I was on a long flight, the in-flight movie about hapless criminals, depressing. I stared out of the window, the drone of the plane’s engines coming through the fabric walls, and tried to imagine the ocean below. I pictured the ice bobbing in the swells but had the smell of the plane in me, antiseptic, and nothing of that smell was in the ice, and opened my eyes, the interior lights off, and it came to me, that pristine crystalline moment of a thought, something from nothing, the genesis of a book – prostitutes driving across the United States in an 18-wheeler. That was it, prostitutes in an 18-wheeler. And west; they were going west. I knew that too. I had my book just like that, in the thin light, timeless, constant, an arctic summer, my hand down the plastic handle, on the plane over the stark Greenland mountains.*
*Extract from Buzz
The funeral procession started at 4:00 in the morning. Buzz and Maude had been up since 3:00. There was a long shot up a cobbled street into a palace. All the channels were carrying it, commentators stumbling through the silence. A church bell tolled every minute. Mounted horses appeared and then, on a gun carriage, the coffin covered in white flowers. The pace of the cortege was squashed in the zoomed image, the tolling of the bell and the horses’ hooves clip-clopping, somehow all the more beautiful. A woman screamed, “Diana! Oh, Diana!” Flowers and bouquets were tossed at the coffin, toppling off and falling short. The streets were packed, many standing, others running alongside the barricades. There was only the bell and the hooves. Maude was asleep on his chest. He was transfixed by this slow play, simple, the glamorous reduced to such a quiet and regretful scene. The cortege approached Buckingham Palace. The royal family were waiting at the gates. The queen bowed purposefully. Five men followed the coffin: the king, the prince, Diana’s brother and two sons. “Oh, look at them,” Megan cried. “The poor boys.” The cortege came to Westminster. Six Royal Guardsmen struggled to bring their coffin to the shoulders and then carry it inside. It was a long service with hymns and readings. Buzz dozed. When he awoke, Elton John was singing a pop sing. And then there was a final hymn, and again the Guardsmen with the coffin and at the great front doors where they waited in silence. Megan sighed. Early morning light trickled into the living room. A peal of bells poured out of the church as the Guardsmen carried the coffin to the hearse. It eased into the crowded streets, flowers raining down, single roses and gargantuan bouquets. The windshield wipers swung back and forth to clear the windscreen. The crowds grew. Buzz dozed again and awoke to see the car, thick in flowers, slip through the gates of a country estate and vanish from sight. Megan was asleep.* Extract from Buzz (1999)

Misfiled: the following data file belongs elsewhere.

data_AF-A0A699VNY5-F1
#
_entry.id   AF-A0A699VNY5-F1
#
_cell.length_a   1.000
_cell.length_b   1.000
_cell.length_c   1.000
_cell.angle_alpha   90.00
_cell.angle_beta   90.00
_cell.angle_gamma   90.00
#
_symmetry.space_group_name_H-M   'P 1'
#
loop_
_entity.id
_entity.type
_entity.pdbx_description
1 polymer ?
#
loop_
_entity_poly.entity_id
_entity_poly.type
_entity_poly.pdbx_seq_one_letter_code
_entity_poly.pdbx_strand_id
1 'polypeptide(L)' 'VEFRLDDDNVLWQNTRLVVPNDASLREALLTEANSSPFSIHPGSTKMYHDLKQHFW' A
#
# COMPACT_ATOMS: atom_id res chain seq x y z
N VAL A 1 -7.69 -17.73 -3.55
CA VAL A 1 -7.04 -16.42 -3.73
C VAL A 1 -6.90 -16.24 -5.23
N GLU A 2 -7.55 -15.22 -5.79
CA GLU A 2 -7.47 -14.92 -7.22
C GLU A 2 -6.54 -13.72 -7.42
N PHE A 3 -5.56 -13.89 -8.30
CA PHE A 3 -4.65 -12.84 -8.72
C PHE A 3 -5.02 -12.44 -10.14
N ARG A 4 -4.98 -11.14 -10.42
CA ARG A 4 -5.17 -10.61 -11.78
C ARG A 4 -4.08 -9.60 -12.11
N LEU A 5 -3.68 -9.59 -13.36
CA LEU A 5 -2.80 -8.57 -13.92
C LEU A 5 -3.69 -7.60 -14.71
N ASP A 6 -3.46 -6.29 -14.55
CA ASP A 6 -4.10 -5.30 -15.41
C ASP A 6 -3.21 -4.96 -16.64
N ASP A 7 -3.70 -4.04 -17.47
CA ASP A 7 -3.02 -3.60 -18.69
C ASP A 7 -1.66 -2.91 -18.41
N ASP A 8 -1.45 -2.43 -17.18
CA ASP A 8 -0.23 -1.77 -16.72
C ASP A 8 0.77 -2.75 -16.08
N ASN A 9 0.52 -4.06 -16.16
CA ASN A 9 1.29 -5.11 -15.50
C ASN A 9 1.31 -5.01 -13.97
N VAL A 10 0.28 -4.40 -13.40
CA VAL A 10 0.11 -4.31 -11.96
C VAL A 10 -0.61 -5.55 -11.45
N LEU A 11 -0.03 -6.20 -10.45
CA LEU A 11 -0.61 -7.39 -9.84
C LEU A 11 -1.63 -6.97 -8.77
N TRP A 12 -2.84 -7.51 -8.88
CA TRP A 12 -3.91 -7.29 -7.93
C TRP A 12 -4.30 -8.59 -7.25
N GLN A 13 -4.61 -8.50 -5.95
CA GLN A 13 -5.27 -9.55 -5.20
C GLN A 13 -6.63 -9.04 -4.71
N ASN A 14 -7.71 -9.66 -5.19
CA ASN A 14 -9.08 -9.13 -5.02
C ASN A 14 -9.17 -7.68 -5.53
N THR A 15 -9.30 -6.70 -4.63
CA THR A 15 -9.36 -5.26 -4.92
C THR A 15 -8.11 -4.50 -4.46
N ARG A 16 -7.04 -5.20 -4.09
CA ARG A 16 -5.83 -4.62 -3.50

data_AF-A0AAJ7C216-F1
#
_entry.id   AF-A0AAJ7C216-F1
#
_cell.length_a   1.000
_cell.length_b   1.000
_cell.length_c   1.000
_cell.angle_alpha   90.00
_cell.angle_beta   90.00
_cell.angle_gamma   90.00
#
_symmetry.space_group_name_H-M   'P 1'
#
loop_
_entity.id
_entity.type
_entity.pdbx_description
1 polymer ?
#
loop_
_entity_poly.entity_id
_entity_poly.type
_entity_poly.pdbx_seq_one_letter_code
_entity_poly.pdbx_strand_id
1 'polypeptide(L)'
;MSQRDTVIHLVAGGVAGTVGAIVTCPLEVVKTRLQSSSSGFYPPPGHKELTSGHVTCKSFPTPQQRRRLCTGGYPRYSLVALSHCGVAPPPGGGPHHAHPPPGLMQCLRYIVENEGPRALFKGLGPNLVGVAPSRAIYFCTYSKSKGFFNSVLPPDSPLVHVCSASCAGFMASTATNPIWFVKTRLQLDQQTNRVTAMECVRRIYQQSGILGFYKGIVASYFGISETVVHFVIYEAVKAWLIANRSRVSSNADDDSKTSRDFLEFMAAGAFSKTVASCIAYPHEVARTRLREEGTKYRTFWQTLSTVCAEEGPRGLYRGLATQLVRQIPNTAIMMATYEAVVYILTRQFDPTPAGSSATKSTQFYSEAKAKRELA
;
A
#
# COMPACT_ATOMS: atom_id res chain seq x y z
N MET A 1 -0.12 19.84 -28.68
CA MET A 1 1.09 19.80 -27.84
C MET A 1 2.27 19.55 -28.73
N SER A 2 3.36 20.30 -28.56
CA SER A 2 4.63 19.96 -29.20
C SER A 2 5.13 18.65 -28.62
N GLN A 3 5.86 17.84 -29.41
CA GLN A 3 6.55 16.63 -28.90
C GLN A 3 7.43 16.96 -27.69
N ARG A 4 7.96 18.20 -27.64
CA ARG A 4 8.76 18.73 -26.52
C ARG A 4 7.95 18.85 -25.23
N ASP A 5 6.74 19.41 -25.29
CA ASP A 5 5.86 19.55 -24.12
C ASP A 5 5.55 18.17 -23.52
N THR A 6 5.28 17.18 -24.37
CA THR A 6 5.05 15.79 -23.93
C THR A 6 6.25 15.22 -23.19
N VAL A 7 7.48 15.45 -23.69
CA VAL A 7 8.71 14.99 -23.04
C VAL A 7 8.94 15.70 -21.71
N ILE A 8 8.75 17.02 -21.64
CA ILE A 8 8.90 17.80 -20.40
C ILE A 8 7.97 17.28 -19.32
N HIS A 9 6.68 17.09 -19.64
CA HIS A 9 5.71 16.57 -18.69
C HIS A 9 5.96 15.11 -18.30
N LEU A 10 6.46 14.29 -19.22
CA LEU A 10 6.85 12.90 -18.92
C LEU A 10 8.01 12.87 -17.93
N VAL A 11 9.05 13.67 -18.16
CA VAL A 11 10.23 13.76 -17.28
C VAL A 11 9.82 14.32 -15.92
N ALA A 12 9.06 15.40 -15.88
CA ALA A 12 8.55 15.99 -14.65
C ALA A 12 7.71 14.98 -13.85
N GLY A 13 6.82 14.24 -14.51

I’ve made it. The doors open wide, begging, clean against the wall, red coat, and just like that, everything done, everything as it should, turning and my hand cool. She knows me. And that’s it, why for her, she forever, our silent descent, breathing, the glass reflecting us together, backward as forward, not words, but what they might, meaning nothing, tucked into our heads upside down, she out the hall, mine, everything mine, not that, but in me, here, me young, friendly, not wanting to stop, never. My eyes are inside my head. I’m going as I should, thinking as I do anything, on this sidewalk, fading, a door closing, in a room, music, and out.* (Click on the photo and links for video clips.) *Excerpt from Buzz (1999)
I wrote Buzz in three installments, one per year, 1996-99. Leaving documents the main character’s younger years, cycling across Europe to burn off a broken heart. A yellow road turned inland from Valencia, went up into the hills and onto the plateau of La Mancha. The climb out of Chiva was hard, four vast switchbacks to the ridge, a burnt-out tractor-trailer wreck beneath a sign welcoming visitors to the heart of Spain. Sad dusty trees teetered beside rocks and weathered white-washed houses. Maybe here he wouldn’t see so many dead dogs.
Through is a piece in stasis, offering only the illusion of getting anywhere. The monster blackness in the corner of the room, ripping the roof off, vertigo and on forever, beautiful and tiny like a bar of soap, just under foot, holding it, dinosaurs across the island and his mother’s best friend lying with him naked bent over backwards, the curtains and the phone ringing, on a boat, a really nice boat with a super big flag and clean bathrooms or in tatters and leaking a bit.
And Out is the final dissolution, what it is to have thrown everything away for no reason at all. I was trying to understand, meaning to do it right, holding her eyes perfect, leave nothing, not myself, not jumping, not dead, not there, and then just stupid, loving her, stuck in myself, stuck stupid and sad.